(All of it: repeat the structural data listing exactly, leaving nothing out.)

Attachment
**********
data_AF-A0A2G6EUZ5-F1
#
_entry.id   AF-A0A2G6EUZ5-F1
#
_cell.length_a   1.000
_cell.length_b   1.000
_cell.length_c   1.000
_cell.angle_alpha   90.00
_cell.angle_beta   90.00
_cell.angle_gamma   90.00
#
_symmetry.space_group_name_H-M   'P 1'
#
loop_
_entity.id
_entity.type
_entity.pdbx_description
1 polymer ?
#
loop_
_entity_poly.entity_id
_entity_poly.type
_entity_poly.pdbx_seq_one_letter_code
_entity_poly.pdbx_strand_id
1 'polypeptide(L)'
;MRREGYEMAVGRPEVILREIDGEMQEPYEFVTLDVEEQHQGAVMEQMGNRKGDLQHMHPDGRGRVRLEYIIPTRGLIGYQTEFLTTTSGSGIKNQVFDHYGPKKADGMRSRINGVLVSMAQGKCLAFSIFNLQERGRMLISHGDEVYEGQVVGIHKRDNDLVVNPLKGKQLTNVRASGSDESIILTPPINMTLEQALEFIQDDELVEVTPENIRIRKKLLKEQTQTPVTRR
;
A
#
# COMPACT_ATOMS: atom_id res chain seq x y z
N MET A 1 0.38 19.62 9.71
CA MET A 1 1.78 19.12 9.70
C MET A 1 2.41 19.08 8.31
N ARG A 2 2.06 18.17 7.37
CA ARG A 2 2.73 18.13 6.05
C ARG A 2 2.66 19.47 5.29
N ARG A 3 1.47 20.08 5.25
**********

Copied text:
data_AF-A0A2G6EUZ5-F1
#
_entry.id   AF-A0A2G6EUZ5-F1
#
_cell.length_a   1.000
_cell.length_b   1.000
_cell.length_c   1.000
_cell.angle_alpha   90.00
_cell.angle_beta   90.00
_cell.angle_gamma   90.00
#
_symmetry.space_group_name_H-M   'P 1'
#
loop_
_entity.id
_entity.type
_entity.pdbx_description
1 polymer ?
#
loop_
_entity_poly.entity_id
_entity_poly.type
_entity_poly.pdbx_seq_one_letter_code
_entity_poly.pdbx_strand_id
1 'polypeptide(L)'
;MRREGYEMAVGRPEVILREIDGEMQEPYEFVTLDVEEQHQGAVMEQMGNRKGDLQHMHPDGRGRVRLEYIIPTRGLIGYQTEFLTTTSGSGIKNQVFDHYGPKKADGMRSRINGVLVSMAQGKCLAFSIFNLQERGRMLISHGDEVYEGQVVGIHKRDNDLVVNPLKGKQLTNVRASGSDESIILTPPINMTLEQALEFIQDDELVEVTPENIRIRKKLLKEQTQTPVTRR
;
A
#
# COMPACT_ATOMS: atom_id res chain seq x y z
N MET A 1 0.38 19.62 9.71
CA MET A 1 1.78 19.12 9.70
C MET A 1 2.41 19.08 8.31
N ARG A 2 2.06 18.17 7.37
CA ARG A 2 2.73 18.13 6.05
C ARG A 2 2.66 19.47 5.29
N ARG A 3 1.47 20.08 5.25